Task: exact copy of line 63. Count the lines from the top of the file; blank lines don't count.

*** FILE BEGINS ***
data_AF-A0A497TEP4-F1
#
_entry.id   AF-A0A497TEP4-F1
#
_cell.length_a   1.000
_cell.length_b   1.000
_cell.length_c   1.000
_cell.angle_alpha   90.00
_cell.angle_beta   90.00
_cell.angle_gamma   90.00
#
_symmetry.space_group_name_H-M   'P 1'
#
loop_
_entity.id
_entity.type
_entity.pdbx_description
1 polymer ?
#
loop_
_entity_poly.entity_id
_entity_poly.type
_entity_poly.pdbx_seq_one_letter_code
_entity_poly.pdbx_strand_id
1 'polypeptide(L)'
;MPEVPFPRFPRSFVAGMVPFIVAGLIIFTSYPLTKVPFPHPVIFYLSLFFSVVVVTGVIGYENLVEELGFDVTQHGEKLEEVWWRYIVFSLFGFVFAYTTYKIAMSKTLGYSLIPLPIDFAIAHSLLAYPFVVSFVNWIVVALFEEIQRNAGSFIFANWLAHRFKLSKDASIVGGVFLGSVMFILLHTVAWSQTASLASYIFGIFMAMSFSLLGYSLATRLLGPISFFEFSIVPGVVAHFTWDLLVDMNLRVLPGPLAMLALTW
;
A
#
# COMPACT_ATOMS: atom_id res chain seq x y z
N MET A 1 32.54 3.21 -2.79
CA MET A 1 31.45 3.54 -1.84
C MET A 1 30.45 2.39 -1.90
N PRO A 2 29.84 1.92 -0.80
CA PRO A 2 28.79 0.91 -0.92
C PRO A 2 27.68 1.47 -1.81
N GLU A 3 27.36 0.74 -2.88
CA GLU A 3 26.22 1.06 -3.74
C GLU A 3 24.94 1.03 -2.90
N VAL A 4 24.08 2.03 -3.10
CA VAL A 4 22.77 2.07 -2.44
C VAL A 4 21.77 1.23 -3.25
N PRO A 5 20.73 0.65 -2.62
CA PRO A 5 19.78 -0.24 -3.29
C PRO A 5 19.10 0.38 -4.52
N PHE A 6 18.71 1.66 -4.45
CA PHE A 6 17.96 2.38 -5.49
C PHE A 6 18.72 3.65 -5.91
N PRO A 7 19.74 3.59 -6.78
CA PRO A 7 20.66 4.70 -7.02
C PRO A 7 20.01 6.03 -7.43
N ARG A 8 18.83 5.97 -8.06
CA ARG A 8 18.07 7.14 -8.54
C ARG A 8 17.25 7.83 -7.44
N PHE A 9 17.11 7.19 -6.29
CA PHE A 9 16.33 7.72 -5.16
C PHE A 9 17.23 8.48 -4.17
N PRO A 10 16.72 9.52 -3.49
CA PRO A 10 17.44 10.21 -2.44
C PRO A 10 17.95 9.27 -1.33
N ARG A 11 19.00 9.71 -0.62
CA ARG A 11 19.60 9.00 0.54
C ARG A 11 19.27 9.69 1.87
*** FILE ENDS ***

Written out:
C ARG A 11 19.27 9.69 1.87